Question 14: I am married for 4 years and we are having a family planning as my wife is not doing well , she has got an injury in the head and the injury is 10 years old, she gets severe pain very frequently. Please advice.

Family planning is haram and unlawful in Islam. You should apprise your wife of the commandment of Shariah and get her head injury treated. If she faces unbearable pain due to conception or she fears her life or the life of the baby in case of pregnancy then in such conditions she can adopt any contraceptive measure temporarily.


Faced with mounting protests from women (including Muslim women, too) against the torrent of anti-women fatwas they have been churning out over the years, the mullahs of Deoband have the temerity to insist in their defence that [their peculiar version of] Islam not just guarantees women’s rights but, more than that, stands for the best and most perfect form of gender justice. If imprisoning women in their homes, grudgingly permitting them to step out only under very severe conditions, compelling them to spend their entire lives simply manufacturing children, forcing them to veil from head and face to toe, ‘veiling’ even their voices and thereby totally silencing them, insisting that they observe purdah even in front of other women—in short, reducing them to invisiblised, servile, repressed and hyper-sexualised beings—is Deobandi-style ‘Islamic justice’, is it any wonder if hardly any educated Muslim women take the Deobandi mullahs seriously? That non-Muslims, in general, are forced to think that Islam stands for raw, untamed patriarchy and male chauvinism? That increasing numbers of Muslims now consider the mullahs are a heavy burden on Muslim society and the major cause for Muslim backwardness the world over? That a whole new class of Muslim women (and some men) believe that they need to study and interpret Islam from a distinctive feminist perspective, cleansing it from the deep-rooted patriarchal, indeed misogynist, tradition of mullah scholarship?


Being now a hardened skeptic in all matters of religion (for which I must thank the mullahs, in particular) I am not in a position to opine on whose version of Islam as it relates to women—that of the mullahs or that of the progressive Islamic feminists—represents the sole ‘true’ or ‘authentic’ version or vision of the faith. As far as I am concerned, that question simply cannot be answered at all. For me it is meaningless, although, still, academically interesting. The same holds true with regard to the larger question of the Deobandi mullahs’ claims (as reflected in the numerous fatwas in the section on the Dar ul-Ifta’s website titled ‘Deviant Groups and Sects’ that brand other Muslim sectarian groups, both Sunni as well as Shia, as deviants or even as out of the Islamic fold) that they alone represent ‘true’ Islam. The Deobandis and their Muslim sectarian rivals will, one expects, continue to hurl fatwas of infidelity against each other and bandy about their respective claims of being the sole true Muslims till the Day of Judgment comes upon us. Given the nature of their absolutist claims, no consensus as to what precisely ‘true’ Islam is, and what exactly this ‘true’ Islam has to say about Islam, is ever possible.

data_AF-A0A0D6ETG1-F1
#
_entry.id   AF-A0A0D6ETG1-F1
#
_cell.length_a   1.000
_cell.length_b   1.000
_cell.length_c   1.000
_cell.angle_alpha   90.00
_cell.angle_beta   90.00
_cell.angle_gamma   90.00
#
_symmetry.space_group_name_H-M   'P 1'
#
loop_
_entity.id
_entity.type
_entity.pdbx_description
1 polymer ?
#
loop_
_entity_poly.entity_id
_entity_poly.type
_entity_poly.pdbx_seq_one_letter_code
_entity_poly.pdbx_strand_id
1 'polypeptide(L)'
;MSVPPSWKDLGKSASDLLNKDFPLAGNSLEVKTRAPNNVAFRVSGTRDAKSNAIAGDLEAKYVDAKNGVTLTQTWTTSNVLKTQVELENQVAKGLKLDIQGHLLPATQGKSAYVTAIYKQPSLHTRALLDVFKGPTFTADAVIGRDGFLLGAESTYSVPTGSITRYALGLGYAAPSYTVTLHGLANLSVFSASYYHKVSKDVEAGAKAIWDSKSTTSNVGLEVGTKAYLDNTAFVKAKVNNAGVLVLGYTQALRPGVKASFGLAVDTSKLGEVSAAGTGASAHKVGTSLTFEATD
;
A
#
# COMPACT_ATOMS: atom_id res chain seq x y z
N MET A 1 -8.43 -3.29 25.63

Be that as it may, I would still argue that it is vital for Muslims concerned about their faith and its image and also about their co-religionists and their ability to function in the modern world to take the mullahs by their horns and immerse themselves in the discursive battle to promote more meaningful, humane and just understandings of Islam. There is simply no other way. Read More...

Science/Nature Study/Art

I recently purchased The Handbook of Nature Study to go along with lessons from the blog. Are any of you familiar with this massive text? It has over 700 pages! There's a lot of info inside and without the blog, I don't think I would want to organize it on my own.

I've been peeking at her blog for quite a while and sometimes I just do the activities without reading through all of the lessons, (she also has another blog with art lessons by the way).

Here, we are pressing flowers between pieces of cardboard,(not with the nature study book, lol). We pressed a leaf from the maple tree in our back yard too.

We've also bloomed some flowers from the forsythia in the front yard by bringing in some cuttings and putting them in water a few weeks before spring arrived. The kids got a kick out of that and so did I, lol.

You can also see all the other goodies that they brought inside, like the pine cones and pine needles.

This gets us outside to explore ALLAH's Creation and to spend quality time together. They go outside all the time to play but I feel like they really get a chance to appreciate their surroundings and learn about the place in which they live. It also gives us all a bit of exercise, (ahem, especially mommy). Read More...

New Books

We will be using Singapore Math 3A and 3B soon and we have the rest of our books already. As a filler,we are using Spectrum Math 5,(it was about $2 through Amazon), and she's able to do the work without any difficulty so far.

It's not really a big jump - Singapore Math seems to be ahead of other math programs anyway.

My daughter started homeschooling at three, so she's on grade 3/4 in math. She's multiplying and doing fractions and division, AlhamduLILLAH. I want to be consistent so I am sticking with the Singapore Math and we both like it very much.

I am also using Spectrum Language Arts Grade 4, Spectrum Reading Grade 4, and Spectrum Writing Grade 4.